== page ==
Could Emotional Distress Reduce Charges in Scott Trial From Murder to Manslaughter?

You have probably heard terms like “emotional distress” or “extreme emotional duress” being used to describe certain murder cases.  Human emotions are abstract, powerful, and often defy logic; yet in order to be considered as evidence for or against a defendant, they must somehow be evaluated by the courts.  This is one of the most decisive factors in the case of Tracy A. Scott, who confessed to shooting his wife last spring.  Scott’s trial is currently underway, though the key focus isn’t whether or not he committed the murder — it’s what state of mind he was in at the time.  Depending on the answer to that question, Scott’s first degree felony murder charges could potentially be dropped to second degree felony manslaughter.

Decorative Scales Of Justice In The Courtroom

“The Real Issue is, What Crime is it? What Should it Be?”

On March 23, 2013, 911 dispatchers received a call from 48-year-old Tracy A. Scott, who lived with his 47-year-old wife Teresa and their two teenage sons at their home in Salem.

“My wife is shot,” Scott said.  When the dispatcher asked who shot her, Scott replied simply, “I did.”

Officers were quick to arrive on the scene, arresting Scott and bringing him into police custody for further questioning.

“It wasn’t until [an officer] placed the handcuffs on him that there was a flood of emotion from Mr. Scott,” Utah County Attorney Lance Bastian stated in 4th District Court during opening statements on Tuesday, describing Scott’s 911 call as “flat” in tone.

But Salem PD arresting officer Austin Cobley paints a different picture of what he saw and heard on the 23rd of last year.

“Once [Scott] was taken into custody, he became very quiet and reserved,” Officer Cobley stated in court.  But then he added, “At one point, he became very, very emotional.  Very hysterical, body shaking. Very heavy crying, sobbing.”

Lowe’s account of anguished regret is consistent with Scott’s demeanor as he addressed the court on Wednesday, crying openly.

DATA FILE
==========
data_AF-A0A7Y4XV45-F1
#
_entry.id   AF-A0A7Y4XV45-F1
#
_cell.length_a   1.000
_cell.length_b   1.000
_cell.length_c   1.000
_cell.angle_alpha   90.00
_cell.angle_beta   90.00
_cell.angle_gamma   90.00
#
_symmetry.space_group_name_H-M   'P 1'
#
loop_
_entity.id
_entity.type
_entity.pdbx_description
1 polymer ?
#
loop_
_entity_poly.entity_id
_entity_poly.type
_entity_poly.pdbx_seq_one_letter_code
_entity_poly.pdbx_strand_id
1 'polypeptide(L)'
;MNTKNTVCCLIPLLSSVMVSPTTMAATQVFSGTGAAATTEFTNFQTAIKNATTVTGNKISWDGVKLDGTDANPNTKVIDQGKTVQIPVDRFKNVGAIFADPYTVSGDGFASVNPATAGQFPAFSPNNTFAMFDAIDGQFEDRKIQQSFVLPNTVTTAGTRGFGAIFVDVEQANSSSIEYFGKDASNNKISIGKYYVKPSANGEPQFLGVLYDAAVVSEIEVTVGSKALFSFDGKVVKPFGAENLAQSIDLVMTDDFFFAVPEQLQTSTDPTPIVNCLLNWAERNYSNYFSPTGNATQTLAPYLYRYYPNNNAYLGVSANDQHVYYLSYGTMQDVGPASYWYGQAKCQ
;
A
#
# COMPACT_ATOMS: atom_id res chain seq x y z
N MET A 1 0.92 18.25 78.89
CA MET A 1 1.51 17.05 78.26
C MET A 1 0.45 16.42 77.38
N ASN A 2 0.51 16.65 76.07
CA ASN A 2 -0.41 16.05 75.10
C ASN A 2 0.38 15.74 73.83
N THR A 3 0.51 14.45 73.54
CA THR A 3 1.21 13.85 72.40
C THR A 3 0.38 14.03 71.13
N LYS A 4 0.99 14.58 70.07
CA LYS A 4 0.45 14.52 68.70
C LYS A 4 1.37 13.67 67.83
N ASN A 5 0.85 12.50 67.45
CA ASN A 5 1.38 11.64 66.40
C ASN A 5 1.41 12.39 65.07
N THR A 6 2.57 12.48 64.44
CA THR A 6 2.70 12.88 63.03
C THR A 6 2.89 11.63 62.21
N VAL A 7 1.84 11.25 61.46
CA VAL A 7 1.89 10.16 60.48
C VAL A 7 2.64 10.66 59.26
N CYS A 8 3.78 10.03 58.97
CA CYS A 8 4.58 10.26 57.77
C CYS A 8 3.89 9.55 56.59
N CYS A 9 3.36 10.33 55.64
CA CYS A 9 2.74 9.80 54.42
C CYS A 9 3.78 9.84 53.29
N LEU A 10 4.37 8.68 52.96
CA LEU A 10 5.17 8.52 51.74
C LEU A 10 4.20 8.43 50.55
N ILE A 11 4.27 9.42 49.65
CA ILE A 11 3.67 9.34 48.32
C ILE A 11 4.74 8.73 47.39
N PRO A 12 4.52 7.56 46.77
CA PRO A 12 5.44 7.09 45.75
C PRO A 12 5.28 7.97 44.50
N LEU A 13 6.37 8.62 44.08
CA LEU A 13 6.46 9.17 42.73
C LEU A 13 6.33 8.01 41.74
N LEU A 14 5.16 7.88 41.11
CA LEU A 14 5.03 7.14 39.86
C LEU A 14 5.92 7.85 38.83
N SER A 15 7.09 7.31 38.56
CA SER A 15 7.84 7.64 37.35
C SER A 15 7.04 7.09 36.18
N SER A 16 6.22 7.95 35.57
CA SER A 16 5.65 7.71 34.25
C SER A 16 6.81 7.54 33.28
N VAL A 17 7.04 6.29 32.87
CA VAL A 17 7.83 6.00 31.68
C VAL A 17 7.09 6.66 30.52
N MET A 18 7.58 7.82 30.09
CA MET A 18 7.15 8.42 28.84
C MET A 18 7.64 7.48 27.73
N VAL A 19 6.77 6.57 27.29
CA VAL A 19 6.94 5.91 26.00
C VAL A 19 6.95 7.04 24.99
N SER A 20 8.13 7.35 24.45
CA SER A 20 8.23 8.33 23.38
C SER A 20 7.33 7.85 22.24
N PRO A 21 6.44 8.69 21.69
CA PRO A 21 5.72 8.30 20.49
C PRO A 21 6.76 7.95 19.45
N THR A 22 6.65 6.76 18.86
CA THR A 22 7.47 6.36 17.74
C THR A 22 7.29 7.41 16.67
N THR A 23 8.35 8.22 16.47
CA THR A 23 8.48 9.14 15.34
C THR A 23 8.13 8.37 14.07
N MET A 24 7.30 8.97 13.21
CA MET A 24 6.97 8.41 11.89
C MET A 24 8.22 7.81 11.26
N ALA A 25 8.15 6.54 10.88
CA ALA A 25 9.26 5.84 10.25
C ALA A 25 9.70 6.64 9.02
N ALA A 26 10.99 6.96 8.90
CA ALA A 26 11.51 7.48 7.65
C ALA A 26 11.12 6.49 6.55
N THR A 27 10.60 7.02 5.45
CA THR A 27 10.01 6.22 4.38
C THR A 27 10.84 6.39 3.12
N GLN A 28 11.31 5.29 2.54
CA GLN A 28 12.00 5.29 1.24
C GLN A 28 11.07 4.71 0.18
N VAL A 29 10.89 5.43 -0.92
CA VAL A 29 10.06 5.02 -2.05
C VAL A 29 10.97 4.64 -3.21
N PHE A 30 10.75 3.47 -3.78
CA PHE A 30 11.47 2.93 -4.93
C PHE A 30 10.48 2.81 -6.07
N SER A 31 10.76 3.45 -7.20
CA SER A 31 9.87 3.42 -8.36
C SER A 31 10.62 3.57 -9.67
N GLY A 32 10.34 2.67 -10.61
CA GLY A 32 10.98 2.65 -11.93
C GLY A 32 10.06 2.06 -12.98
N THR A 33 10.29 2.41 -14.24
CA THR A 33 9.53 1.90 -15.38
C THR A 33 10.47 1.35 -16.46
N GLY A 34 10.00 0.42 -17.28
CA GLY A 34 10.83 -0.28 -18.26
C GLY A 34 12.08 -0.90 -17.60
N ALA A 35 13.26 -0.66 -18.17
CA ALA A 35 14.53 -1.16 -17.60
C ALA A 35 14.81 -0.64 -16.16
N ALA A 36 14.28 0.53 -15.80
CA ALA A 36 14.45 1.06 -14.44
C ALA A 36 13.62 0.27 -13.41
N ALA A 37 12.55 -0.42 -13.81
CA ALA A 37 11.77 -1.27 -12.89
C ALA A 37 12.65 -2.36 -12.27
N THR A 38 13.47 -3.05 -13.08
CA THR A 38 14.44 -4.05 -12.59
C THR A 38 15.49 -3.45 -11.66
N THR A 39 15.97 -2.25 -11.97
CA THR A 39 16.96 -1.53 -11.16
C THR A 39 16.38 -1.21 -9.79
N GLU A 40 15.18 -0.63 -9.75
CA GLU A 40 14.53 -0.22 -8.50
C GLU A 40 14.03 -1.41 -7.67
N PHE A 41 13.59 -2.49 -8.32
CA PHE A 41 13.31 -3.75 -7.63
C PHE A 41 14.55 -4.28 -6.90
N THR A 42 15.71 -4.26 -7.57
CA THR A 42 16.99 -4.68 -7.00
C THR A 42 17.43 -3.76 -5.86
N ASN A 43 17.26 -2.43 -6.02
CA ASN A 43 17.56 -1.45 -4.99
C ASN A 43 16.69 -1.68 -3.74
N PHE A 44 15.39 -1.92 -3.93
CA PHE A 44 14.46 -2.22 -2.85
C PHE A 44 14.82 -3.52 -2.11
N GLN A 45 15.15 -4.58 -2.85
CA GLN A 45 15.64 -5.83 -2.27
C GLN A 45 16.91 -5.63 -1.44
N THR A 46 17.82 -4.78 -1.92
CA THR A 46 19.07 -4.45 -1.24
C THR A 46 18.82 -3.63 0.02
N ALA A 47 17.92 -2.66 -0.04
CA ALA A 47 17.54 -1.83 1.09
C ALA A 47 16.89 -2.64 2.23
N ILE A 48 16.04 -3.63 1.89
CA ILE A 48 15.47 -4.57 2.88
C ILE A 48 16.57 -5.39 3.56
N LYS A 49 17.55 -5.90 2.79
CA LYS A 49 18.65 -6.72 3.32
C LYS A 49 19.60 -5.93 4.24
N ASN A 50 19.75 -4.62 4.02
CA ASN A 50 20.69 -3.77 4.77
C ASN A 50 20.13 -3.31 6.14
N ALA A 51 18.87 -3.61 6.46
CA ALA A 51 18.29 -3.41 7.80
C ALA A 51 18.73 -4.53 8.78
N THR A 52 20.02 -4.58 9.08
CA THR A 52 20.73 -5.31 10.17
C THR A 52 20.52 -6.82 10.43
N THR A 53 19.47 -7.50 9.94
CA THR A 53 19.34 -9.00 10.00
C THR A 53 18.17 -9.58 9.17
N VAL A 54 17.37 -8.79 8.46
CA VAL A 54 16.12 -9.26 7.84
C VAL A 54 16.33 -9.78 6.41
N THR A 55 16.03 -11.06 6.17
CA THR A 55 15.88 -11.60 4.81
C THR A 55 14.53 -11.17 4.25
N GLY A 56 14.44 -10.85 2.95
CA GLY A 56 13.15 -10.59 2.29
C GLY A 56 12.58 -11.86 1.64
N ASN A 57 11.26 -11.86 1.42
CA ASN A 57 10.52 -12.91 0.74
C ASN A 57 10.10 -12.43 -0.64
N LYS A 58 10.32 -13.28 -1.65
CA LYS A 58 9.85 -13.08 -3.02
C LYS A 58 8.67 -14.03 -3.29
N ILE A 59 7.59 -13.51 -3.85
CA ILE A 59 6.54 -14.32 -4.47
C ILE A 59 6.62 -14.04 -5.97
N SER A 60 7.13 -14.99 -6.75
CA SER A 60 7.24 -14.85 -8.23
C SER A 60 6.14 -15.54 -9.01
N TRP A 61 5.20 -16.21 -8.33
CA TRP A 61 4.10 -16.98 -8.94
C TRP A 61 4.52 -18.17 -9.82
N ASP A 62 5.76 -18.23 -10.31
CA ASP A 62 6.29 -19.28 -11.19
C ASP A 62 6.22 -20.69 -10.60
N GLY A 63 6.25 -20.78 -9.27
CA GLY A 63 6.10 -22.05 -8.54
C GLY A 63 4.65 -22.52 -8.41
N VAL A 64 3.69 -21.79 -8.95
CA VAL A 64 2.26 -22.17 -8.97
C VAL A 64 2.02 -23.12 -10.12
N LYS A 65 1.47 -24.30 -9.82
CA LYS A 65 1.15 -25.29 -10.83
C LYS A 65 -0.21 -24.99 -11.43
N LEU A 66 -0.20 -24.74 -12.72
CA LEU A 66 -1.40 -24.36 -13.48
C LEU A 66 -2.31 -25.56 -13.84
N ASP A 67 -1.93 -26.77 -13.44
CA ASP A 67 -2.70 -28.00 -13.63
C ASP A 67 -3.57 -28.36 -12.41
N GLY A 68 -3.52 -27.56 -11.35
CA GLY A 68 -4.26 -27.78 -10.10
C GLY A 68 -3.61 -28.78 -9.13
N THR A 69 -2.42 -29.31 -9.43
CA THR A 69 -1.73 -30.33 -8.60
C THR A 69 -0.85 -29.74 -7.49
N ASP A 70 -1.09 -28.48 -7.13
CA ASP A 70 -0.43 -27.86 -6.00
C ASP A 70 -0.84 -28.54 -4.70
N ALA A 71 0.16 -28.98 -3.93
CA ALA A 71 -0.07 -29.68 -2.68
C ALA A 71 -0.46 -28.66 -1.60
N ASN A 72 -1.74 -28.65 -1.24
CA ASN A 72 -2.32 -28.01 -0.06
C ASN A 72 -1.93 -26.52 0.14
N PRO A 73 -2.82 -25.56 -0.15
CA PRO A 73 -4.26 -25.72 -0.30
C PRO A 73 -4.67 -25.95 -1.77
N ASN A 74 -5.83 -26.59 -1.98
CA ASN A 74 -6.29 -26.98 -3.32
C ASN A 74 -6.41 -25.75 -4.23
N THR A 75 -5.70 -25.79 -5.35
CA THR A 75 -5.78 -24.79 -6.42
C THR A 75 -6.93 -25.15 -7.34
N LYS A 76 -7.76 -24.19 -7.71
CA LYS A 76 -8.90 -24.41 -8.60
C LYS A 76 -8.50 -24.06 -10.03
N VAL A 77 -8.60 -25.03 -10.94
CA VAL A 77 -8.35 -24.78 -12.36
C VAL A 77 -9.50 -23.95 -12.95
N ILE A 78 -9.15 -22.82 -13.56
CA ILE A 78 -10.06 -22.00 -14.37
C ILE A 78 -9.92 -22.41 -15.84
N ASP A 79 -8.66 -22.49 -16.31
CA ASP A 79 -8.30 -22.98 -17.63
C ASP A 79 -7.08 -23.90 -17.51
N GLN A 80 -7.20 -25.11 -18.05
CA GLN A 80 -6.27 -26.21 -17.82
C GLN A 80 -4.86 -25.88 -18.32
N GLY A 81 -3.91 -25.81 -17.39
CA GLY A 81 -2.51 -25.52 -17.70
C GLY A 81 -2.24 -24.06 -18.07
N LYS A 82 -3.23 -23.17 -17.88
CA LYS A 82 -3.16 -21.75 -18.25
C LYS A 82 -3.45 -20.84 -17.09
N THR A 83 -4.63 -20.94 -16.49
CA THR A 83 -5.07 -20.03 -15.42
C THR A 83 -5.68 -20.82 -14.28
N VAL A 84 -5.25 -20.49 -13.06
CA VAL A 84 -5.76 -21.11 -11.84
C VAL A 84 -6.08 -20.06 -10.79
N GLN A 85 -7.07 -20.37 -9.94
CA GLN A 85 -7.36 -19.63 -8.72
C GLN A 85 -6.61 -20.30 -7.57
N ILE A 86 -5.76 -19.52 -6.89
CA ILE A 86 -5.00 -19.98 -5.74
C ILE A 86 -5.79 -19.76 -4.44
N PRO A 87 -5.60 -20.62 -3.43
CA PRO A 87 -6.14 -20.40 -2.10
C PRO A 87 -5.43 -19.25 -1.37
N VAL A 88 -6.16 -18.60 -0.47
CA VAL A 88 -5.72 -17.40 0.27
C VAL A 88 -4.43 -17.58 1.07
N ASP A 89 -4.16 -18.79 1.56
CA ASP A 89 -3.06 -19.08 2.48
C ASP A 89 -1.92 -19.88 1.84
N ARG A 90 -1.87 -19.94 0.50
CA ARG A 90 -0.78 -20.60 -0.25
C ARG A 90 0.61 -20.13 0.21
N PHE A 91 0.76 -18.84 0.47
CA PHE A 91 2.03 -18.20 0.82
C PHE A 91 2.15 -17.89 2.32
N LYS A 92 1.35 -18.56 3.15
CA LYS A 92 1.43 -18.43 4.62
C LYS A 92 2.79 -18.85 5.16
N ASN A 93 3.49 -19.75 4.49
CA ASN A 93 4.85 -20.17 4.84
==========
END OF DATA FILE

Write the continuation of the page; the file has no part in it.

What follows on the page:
“I snapped.  I just seen red,” he said.  “We were two peas in a pod…  We loved each other.”

But Scott’s marriage to Teresa was also tumultuous, checkered by frequent verbal and sometimes even physical altercations.  In court, Scott’s 18-year-old son Thayne recalled his father punching his mother on one occasion.  Younger brother Tyson, age 14, also testified that one a separate occasion Scott attempted to hit Teresa with his car.

Defense attorney Richard Gale says, “[Prosecutors] are going to be able to prove that Tracy killed his wife…  The real issue is, what crime is it?  What should it be?”

Male Judge Writing On Paper

Emotional Distress in the Utah Murder Statutes

In Utah, first degree felony murder charges like those against Scott fall under 76-5-203 of the State Legislature.  In referencing special mitigation (with mitigating factors reducing the severity of charges, just the opposite of aggravating factors), the statute points to 76-5-205.5, which states:

(1) Special mitigation exists when the actor causes the death of another… (b) under the influence of extreme emotional distress for which there is a reasonable explanation or excuse.

The question then becomes, what exactly do the courts consider to be a “reasonable explanation or excuse”?  What isn’t a reasonable explanation or excuse?  And which of these camps does Scott fall into?

“The reasonableness of an explanation or excuse under Subsection (1)(b),” says 76-5-205.5, “shall be determined from the viewpoint of a reasonable person under the then existing circumstances.”

In other words, a neutral third party must try to objectively weigh what would or wouldn’t have been “reasonable,” and indeed, this is the key debating point of Scott’s trial.  But when it comes to a hard definition of “reasonableness,” the statute is silent.

However, 76-5-205.5 does provide a little more information about what is absolutely not up for consideration:

(3) Under Subsection (1)(b), emotional distress does not include: (a) a condition resulting from mental illness as defined in Section 76-2-305; or (b) distress that is substantially caused by the defendant’s own conduct.

Pending some unexpected development, the presence of medically established mental illness is not currently a factor in Scott’s trial.  This may mean the debate over the most appropriate criminal classification could hinge on that single sentence of (3)(b): was Scott’s distress caused by his own conduct?

Jury deliberation continues, but one fact is clear: prosecutors and defense attorneys are sharply divided on this case.

“Is there any dispute that it was Mr. Scott who shot and killed his wife, Teresa?  There’s no question. He’s told you himself that he was the one who murdered his wife,” Deputy Utah County Attorney David Sturgill told the jury during closing arguments.

“Cold-blood is someone who is not feeling any emotion.  You heard that there was so much emotion felt in this,” Gale countered.  “We’re not asking you to find him not guilty.  What we’re asking you to do is, because he did it in an emotional state, it’s not quite as serious.”

If you or someone you love is facing criminal charges in Utah, you need an experienced Salt Lake City criminal defense lawyer on your side.  To set up a free and confidential legal consultation, call attorney Darwin Overson at (801) 758-2287, or contact us online today.